Samsung Galaxy Gear Fit
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Samsung Galaxy Gear Fit Review
You can buy a fitness tracker, or you can buy a smartwatch. But finding a device that combines both is a lot harder. Samsung may have the perfect answer with its Gear Fit fitness band. Combining a heart rate monitor, pedometer, and smartwatch, it’s a hybrid that looks great and handles those basic fitness and watch functions with ease.
The screen is a 1.84 inch Super AMOLED screen that is curved to fit the contour of your writs. The screen has very bright and vibrant colors, making it really stand out. It can be a challenge to read it in bright sunlight, so you will have to adjust the settings to “outdoor brightness” mode. Unfortunately, there is no ambient light sensor, and the Gear Fit reverts to default brightness after five minutes. The Gear Fit has an interchangeable waistband that currently comes in six colors. It’s fairly comfortable, and even after a few hours, you hardly know it’s there.
Has just one home button that allows you to access certain apps with a double press. Just select which app you would like to link. The underside of the device has a heart rate sensor, and a proprietary docking and charging port. The Gear Fit comes with Bluetooth 4.0, an accelerometer, and gyroscope…but no GPS. The charging port on the back is a micro-USB port. It attached with two small tabs that secure it in. This doesn’t seem to be a good design, because if you break one of the tabs, it will not stay in place. One nice thing is that the Gear Fit is waterproof to a depth of 3 feet for 30 minutes. So if you want to track your heart rate while washing your car, you’re covered.
The Gear Fit uses a proprietary software system, which is unfortunate as you can’t use third party apps. From the Home screen, you can access the pedometer, local weather, a personal appointment calendar, or a second time zone. The option of changing the wallpaper or choose from 5 different themes. There are 10 menu options that can be split into two sections: fitness apps and smartwatch apps.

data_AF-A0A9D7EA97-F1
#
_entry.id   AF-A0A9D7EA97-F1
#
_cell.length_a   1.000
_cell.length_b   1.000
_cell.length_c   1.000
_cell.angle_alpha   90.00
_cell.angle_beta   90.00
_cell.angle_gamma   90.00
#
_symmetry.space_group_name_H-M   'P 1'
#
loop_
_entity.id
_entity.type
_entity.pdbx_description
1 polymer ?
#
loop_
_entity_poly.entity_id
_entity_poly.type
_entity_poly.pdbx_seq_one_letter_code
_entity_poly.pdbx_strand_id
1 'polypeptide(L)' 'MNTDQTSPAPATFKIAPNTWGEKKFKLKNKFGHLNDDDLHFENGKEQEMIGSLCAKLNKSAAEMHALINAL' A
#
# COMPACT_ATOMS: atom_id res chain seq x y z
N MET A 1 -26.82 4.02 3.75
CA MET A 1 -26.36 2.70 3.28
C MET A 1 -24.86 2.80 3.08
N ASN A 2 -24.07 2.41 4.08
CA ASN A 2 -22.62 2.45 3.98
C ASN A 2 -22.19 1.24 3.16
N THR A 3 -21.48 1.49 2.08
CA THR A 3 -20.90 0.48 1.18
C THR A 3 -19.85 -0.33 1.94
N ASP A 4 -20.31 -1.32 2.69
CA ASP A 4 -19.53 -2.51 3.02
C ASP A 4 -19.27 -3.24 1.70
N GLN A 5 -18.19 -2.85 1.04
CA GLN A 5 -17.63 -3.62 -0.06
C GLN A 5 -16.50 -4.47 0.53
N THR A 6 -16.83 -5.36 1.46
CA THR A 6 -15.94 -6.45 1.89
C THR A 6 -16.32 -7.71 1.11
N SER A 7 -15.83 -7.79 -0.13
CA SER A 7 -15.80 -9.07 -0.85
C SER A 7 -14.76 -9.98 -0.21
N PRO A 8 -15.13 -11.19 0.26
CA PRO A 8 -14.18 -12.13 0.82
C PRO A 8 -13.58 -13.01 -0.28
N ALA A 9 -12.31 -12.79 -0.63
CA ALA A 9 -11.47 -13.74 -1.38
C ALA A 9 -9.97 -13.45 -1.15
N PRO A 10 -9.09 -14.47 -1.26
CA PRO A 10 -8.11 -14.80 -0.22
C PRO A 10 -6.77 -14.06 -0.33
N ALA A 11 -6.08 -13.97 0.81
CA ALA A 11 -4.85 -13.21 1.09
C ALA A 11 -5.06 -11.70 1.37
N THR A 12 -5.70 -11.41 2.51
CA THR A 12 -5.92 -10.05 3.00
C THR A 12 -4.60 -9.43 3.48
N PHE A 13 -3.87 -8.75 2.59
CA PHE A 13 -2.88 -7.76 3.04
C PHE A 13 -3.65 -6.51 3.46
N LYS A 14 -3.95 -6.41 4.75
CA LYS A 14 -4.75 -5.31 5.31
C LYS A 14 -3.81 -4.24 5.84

The exercise menu has four basic options - walking, hiking, running and cycling. Once you start your workout, you have to complete it in one session - the Gear Fit doesn’t have a pause feature. Another thing to note is that the heart rate monitor just isn’t accurate enough. The measurements vary depending on where you wear the watch on your wrist, and seem too sensitive to sweat and movements. The monitor is activated by starting your workout, which means it won’t continually monitor your heart rate.
As a Smartphone, it really doesn’t fare much better. You get notifications of text messages, calls, and emails. Long emails are hard to read because the screen scrunches the text together, so it’s better to read them on another device and use the Gear Fit as a notification device only. It also comes with a media controller, timer, and stopwatch. Battery life is good, with a full charge lasting about four days.
Samsung has blended a smartwatch with a fitness tracker, which covers an area of the market that has been lacking. The Gear Fit looks great, fits well, and has a good battery life. That being said, Samsung does need to work on the software. Once they address the issues of accuracy, and the awkward display, they will have a real contender in the market.